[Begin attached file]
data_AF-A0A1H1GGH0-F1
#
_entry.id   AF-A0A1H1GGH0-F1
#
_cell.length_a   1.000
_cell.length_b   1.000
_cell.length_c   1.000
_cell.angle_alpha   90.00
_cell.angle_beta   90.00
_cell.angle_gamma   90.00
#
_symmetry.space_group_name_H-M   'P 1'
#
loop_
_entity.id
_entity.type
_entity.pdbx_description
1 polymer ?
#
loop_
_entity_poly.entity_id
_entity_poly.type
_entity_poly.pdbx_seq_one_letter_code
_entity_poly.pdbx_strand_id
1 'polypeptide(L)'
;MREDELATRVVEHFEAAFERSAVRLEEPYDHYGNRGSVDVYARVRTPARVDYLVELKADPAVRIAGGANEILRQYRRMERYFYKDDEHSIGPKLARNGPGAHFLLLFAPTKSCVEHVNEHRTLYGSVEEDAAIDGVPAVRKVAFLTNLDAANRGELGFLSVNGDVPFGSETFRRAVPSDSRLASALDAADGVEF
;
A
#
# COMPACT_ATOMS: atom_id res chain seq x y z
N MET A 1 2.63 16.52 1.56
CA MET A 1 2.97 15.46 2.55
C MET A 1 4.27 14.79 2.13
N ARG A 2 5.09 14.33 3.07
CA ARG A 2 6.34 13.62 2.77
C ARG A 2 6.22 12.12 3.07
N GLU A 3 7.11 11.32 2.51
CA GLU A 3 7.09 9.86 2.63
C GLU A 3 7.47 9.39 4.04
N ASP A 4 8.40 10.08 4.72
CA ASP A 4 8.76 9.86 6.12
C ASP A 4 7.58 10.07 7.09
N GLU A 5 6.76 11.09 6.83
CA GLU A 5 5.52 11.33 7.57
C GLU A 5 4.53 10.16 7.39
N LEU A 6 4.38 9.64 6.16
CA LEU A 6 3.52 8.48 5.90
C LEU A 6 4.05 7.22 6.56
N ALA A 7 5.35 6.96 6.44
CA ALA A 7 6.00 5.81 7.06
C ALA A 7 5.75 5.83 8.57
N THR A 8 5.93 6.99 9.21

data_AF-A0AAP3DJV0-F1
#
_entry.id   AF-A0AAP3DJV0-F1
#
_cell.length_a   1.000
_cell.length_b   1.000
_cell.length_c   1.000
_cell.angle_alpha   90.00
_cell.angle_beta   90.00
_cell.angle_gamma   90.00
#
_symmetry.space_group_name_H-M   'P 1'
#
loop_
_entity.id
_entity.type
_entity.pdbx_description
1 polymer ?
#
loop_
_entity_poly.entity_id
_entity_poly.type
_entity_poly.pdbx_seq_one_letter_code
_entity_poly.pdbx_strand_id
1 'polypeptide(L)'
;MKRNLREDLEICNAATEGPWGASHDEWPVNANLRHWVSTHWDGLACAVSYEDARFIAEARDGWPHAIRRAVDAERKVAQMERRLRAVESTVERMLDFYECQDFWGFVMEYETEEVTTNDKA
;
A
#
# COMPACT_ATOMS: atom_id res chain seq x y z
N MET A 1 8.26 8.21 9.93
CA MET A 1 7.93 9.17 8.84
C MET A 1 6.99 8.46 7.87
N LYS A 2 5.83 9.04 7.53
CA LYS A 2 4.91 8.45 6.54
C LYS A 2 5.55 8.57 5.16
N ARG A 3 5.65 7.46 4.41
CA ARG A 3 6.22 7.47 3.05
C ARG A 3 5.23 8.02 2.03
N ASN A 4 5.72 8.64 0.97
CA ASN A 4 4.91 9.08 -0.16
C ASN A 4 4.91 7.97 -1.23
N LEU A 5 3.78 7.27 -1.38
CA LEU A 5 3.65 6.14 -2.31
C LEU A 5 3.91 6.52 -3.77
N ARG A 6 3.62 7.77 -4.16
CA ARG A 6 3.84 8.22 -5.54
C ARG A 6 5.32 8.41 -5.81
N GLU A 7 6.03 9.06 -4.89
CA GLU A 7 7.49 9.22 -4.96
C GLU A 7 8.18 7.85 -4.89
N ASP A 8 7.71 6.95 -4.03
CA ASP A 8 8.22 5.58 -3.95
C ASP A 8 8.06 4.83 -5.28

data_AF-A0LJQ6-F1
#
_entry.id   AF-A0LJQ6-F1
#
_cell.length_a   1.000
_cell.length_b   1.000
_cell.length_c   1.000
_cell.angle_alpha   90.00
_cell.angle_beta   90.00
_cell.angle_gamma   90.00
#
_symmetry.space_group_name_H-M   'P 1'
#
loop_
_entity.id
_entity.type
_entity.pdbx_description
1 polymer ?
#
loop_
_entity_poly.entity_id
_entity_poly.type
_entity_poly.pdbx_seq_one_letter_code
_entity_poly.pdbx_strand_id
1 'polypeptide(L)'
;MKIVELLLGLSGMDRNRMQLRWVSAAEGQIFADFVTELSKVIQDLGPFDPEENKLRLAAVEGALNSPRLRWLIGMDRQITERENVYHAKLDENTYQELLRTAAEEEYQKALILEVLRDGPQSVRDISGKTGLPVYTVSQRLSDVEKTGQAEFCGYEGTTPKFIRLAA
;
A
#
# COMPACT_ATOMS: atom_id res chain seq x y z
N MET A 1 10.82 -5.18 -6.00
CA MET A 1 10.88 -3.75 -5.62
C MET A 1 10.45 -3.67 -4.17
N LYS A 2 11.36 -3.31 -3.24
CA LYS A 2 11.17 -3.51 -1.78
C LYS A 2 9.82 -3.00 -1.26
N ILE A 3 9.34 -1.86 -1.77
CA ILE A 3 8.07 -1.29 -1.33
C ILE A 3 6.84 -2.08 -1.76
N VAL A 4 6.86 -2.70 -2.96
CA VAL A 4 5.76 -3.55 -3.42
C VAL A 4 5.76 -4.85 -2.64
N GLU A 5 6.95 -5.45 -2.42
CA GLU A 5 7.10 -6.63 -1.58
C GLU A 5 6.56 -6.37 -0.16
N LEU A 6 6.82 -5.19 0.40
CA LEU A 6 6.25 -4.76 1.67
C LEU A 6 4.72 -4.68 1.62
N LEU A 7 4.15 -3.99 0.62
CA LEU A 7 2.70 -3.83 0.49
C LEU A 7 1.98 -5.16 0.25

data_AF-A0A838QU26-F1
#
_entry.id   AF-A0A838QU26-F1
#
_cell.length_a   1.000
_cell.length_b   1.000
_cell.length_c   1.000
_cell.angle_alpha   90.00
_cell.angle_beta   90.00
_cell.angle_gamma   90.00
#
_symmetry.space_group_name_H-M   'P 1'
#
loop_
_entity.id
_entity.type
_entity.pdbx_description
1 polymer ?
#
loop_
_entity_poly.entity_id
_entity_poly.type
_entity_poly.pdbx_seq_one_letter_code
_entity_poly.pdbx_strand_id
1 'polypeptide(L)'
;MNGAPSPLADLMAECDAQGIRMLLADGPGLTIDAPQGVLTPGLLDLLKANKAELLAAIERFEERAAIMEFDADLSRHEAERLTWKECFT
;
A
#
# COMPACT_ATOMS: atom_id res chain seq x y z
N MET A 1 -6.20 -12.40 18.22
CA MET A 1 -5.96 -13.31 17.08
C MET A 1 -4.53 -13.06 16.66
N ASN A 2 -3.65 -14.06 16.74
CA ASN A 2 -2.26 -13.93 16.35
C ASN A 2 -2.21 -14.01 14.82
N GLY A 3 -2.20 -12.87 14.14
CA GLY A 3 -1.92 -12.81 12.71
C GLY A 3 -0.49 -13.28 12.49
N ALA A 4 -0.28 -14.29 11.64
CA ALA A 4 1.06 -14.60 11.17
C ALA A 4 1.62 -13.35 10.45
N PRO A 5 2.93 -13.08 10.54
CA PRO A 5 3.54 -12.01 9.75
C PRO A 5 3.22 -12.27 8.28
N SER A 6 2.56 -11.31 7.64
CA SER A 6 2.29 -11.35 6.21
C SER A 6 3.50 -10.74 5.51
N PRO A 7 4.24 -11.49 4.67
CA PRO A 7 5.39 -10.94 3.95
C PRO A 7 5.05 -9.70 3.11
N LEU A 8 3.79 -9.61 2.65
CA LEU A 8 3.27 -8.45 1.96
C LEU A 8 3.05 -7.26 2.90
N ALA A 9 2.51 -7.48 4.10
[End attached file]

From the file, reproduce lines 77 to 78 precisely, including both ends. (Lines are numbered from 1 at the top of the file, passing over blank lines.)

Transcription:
1 'polypeptide(L)'
;MKRNLREDLEICNAATEGPWGASHDEWPVNANLRHWVSTHWDGLACAVSYEDARFIAEARDGWPHAIRRAVDAERKVAQMERRLRAVESTVERMLDFYECQDFWGFVMEYETEEVTTNDKA